Yeah, I’ve run into similar problems, although it’s usually not too much of an issue unless I’ma actively using my iPhone, as the notification will still be sitting there on the lock screen when I get home and pull it out. For outbound notifications, proximity is even less of an issue in my case.

Sadly, there’s not much Omni can do about how the notifications are triggered other than perhaps provide a smaller radius option. The location-based notification system is a function of iOS, so it’s up to Apple to provide features such as basing it on a specific Wi-Fi network, or providing tighter precision. OmniFocus just registers a ‘geofence’ with iOS, which then pops up the notification when you cross that boundary. Plus, as the name implies, the notification is based on crossing an imaginary ‘fence’ which can cause its own set of problems; often if you happen to “reappear” inside the fenced ‘zone’, iOS won’t fire off the notification because you never technically cross the line.

Yes, I use this for assignments due at school and for me it’s nice to have that extra nudge. That’s mostly all I use it for as of now.

YYYEEEEESSSSSS!!! I manage customers all over the UK and frequently visit them. Seeing them all on a map along with actions to take is an invaluable resource. There must be many, many opportunities to sell Omnifocus to those travelling a lot on business.

OmniGuys, PLEASE give us the ability to edit locations, plan trips and see Actions on a map using Mac and not just the fiddly iOS.

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Every day when I come into work, the iPhone app sends me a notification right as I enter the geofence. That means that 5 minutes before I get to the office, it tells me what tasks are in that context. It would be a lot more useful if I could specify an amount of time after which I enter the geofence, something like 10 minutes, so that I don’t forget to look at my phone when I sit down at my desk. With a 10 minute delay, I would get notified while actually in the context of the tasks, not a block or two away. Checkmark is the only app I’ve seen that does location-based reminders the right way. Yes, I’ve considered using Checkmark to link to opening my OmniFocus task list when I get to the office, but I’d love to have the delay built into OF.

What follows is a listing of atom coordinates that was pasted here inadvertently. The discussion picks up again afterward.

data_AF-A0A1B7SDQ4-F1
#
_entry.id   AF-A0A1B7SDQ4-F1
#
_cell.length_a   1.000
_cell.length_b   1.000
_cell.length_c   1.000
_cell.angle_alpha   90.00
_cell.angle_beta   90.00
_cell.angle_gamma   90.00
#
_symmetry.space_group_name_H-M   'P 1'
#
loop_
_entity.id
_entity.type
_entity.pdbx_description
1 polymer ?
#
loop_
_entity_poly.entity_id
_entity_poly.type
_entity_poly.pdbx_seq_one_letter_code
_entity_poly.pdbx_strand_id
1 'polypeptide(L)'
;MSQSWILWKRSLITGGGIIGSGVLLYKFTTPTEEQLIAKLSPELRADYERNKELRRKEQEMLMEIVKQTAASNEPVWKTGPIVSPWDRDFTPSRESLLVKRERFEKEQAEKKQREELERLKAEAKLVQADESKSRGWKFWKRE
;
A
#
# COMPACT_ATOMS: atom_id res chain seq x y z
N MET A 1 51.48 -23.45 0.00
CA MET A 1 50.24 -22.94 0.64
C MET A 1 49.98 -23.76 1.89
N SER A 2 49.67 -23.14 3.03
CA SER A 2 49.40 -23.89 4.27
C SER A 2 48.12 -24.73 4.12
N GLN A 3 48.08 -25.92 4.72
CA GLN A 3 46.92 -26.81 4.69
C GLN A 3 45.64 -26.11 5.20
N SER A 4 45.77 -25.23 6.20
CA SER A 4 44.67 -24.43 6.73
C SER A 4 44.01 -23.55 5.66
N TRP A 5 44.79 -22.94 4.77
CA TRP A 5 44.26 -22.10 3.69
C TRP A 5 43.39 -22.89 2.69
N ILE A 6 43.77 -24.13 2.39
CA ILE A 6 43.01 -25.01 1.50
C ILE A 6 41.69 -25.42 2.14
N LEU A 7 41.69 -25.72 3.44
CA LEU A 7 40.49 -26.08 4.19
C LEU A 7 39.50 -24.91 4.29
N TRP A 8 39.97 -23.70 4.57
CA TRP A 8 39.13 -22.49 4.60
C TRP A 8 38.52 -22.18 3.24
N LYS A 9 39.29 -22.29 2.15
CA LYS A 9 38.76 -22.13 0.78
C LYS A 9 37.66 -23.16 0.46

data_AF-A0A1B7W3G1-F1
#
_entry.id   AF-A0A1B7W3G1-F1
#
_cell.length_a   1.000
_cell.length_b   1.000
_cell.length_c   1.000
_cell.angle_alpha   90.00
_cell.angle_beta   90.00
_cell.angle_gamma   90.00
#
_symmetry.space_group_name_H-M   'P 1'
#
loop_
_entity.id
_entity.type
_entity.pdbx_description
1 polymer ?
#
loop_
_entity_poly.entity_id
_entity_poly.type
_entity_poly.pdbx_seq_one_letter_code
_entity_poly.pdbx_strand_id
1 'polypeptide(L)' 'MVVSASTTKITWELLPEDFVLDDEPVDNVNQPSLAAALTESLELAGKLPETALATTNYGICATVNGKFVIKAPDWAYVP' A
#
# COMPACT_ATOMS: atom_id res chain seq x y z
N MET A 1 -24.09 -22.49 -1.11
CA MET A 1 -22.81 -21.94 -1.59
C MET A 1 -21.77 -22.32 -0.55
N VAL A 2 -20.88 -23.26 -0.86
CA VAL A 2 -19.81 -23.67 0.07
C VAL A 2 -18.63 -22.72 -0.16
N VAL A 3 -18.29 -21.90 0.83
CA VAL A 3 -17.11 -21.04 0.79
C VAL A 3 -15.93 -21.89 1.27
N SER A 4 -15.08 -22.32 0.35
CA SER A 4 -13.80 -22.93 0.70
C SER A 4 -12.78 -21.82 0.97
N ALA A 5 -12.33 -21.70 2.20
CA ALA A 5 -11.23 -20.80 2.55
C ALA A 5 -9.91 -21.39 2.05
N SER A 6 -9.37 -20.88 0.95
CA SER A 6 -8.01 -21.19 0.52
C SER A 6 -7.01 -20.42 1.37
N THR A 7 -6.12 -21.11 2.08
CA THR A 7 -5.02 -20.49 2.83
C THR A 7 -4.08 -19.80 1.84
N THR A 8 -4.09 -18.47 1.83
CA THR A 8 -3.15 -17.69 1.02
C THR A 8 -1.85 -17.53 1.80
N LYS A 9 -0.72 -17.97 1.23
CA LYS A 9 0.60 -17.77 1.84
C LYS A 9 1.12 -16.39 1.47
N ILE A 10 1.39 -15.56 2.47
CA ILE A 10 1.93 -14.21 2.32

I second that notion. The built-in iOS Reminders app actually now leaves reminders on the lock screen — even across unlocks — until they’re acknowledged. I find that method is actually preferable, but I suspect that Apple is doing something here that third-party developers aren’t permitted to, in which case a time delay is probably the next-best thing, since there are too many situations in which I might unlock the iPhone before I actually arrive at my destination, thereby clearing those notifications from the lock screen.

Of course, the notifications stay in the Notification Centre until you at least open OmniFocus or manually clear them, and you can also still just use the “Nearby” view in OmniFocus to see which tasks are available at your current location. Since I’m sitting at my desk and reviewing my tasks fairly regularly when it comes to work-related items, those methods probably work just as well as notifications. Situations where I’m on-the-go, however, or even arriving at home, would probably benefit more from a delayed trigger.

That said, however, I’d still prefer to see this set on a per-context basis, since there are times when I really do want to know about something as I’m approaching a location, as opposed to when I’m already in it.

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Until OF gets delayed notifications after arriving at a locationl, I’m going to use Checkmark 2 and a “link” to my work perspective using the much-improved URL scheme. This way I’ll get reminded 5-10 minutes after I’ve arrived and settled into my location, for example omnifocus:///perspective/Work to open the “Work” perspective.

This is great. I’m really, really happy with what’s now available in the URL scheme.


how do you get those nice icons left of the context? the car, office building and residential home that is…

Emoji & Symbols.